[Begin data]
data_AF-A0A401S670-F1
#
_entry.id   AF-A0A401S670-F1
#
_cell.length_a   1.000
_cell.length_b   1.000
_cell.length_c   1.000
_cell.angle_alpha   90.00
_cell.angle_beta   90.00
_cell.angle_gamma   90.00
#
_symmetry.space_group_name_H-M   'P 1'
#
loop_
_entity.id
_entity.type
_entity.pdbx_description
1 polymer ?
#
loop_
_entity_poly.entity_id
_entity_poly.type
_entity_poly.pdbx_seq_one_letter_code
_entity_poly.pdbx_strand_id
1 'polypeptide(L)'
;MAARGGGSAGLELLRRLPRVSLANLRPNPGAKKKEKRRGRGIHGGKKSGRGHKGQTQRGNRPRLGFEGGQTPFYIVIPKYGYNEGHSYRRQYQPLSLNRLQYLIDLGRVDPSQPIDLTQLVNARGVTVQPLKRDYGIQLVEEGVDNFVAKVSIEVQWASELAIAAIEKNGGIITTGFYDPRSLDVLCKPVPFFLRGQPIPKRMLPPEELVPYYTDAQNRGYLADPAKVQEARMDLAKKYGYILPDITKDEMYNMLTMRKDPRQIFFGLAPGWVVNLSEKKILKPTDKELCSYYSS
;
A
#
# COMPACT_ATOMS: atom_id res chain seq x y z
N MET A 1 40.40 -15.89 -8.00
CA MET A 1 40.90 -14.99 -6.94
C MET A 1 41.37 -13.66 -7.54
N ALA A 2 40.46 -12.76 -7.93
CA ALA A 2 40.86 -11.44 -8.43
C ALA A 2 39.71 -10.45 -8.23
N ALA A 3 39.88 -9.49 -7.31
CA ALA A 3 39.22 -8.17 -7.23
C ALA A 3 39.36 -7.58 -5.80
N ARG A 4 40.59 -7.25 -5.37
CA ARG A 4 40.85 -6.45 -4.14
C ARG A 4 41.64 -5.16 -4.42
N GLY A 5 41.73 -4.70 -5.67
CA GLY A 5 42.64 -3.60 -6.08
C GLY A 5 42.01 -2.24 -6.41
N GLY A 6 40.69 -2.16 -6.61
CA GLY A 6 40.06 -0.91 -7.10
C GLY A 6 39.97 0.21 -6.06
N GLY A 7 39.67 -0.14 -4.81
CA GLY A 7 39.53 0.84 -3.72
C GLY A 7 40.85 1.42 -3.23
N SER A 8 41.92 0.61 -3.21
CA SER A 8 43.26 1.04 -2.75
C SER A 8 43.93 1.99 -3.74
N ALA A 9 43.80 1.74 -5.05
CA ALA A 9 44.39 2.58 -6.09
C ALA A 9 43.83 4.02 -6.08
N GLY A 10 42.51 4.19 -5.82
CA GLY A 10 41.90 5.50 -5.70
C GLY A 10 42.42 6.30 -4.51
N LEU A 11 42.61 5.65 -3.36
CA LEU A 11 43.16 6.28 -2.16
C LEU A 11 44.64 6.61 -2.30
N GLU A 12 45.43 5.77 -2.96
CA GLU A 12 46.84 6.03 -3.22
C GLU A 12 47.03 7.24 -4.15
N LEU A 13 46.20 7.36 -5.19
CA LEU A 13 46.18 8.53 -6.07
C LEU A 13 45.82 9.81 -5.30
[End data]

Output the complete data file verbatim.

data_AF-A0A401S670-F1
#
_entry.id   AF-A0A401S670-F1
#
_cell.length_a   1.000
_cell.length_b   1.000
_cell.length_c   1.000
_cell.angle_alpha   90.00
_cell.angle_beta   90.00
_cell.angle_gamma   90.00
#
_symmetry.space_group_name_H-M   'P 1'
#
loop_
_entity.id
_entity.type
_entity.pdbx_description
1 polymer ?
#
loop_
_entity_poly.entity_id
_entity_poly.type
_entity_poly.pdbx_seq_one_letter_code
_entity_poly.pdbx_strand_id
1 'polypeptide(L)'
;MAARGGGSAGLELLRRLPRVSLANLRPNPGAKKKEKRRGRGIHGGKKSGRGHKGQTQRGNRPRLGFEGGQTPFYIVIPKYGYNEGHSYRRQYQPLSLNRLQYLIDLGRVDPSQPIDLTQLVNARGVTVQPLKRDYGIQLVEEGVDNFVAKVSIEVQWASELAIAAIEKNGGIITTGFYDPRSLDVLCKPVPFFLRGQPIPKRMLPPEELVPYYTDAQNRGYLADPAKVQEARMDLAKKYGYILPDITKDEMYNMLTMRKDPRQIFFGLAPGWVVNLSEKKILKPTDKELCSYYSS
;
A
#
# COMPACT_ATOMS: atom_id res chain seq x y z
N MET A 1 40.40 -15.89 -8.00
CA MET A 1 40.90 -14.99 -6.94
C MET A 1 41.37 -13.66 -7.54
N ALA A 2 40.46 -12.76 -7.93
CA ALA A 2 40.86 -11.44 -8.43
C ALA A 2 39.71 -10.45 -8.23
N ALA A 3 39.88 -9.49 -7.31
CA ALA A 3 39.22 -8.17 -7.23
C ALA A 3 39.36 -7.58 -5.80
N ARG A 4 40.59 -7.25 -5.37
CA ARG A 4 40.85 -6.45 -4.14
C ARG A 4 41.64 -5.16 -4.42
N GLY A 5 41.73 -4.70 -5.67
CA GLY A 5 42.64 -3.60 -6.08
C GLY A 5 42.01 -2.24 -6.41
N GLY A 6 40.69 -2.16 -6.61
CA GLY A 6 40.06 -0.91 -7.10
C GLY A 6 39.97 0.21 -6.06
N GLY A 7 39.67 -0.14 -4.81
CA GLY A 7 39.53 0.84 -3.72
C GLY A 7 40.85 1.42 -3.23
N SER A 8 41.92 0.61 -3.21
CA SER A 8 43.26 1.04 -2.75
C SER A 8 43.93 1.99 -3.74
N ALA A 9 43.80 1.74 -5.05
CA ALA A 9 44.39 2.58 -6.09
C ALA A 9 43.83 4.02 -6.08
N GLY A 10 42.51 4.19 -5.82
CA GLY A 10 41.90 5.50 -5.70
C GLY A 10 42.42 6.30 -4.51
N LEU A 11 42.61 5.65 -3.36
CA LEU A 11 43.16 6.28 -2.16
C LEU A 11 44.64 6.61 -2.30
N GLU A 12 45.43 5.77 -2.96
CA GLU A 12 46.84 6.03 -3.22
C GLU A 12 47.03 7.24 -4.15
N LEU A 13 46.20 7.36 -5.19
CA LEU A 13 46.18 8.53 -6.07
C LEU A 13 45.82 9.81 -5.30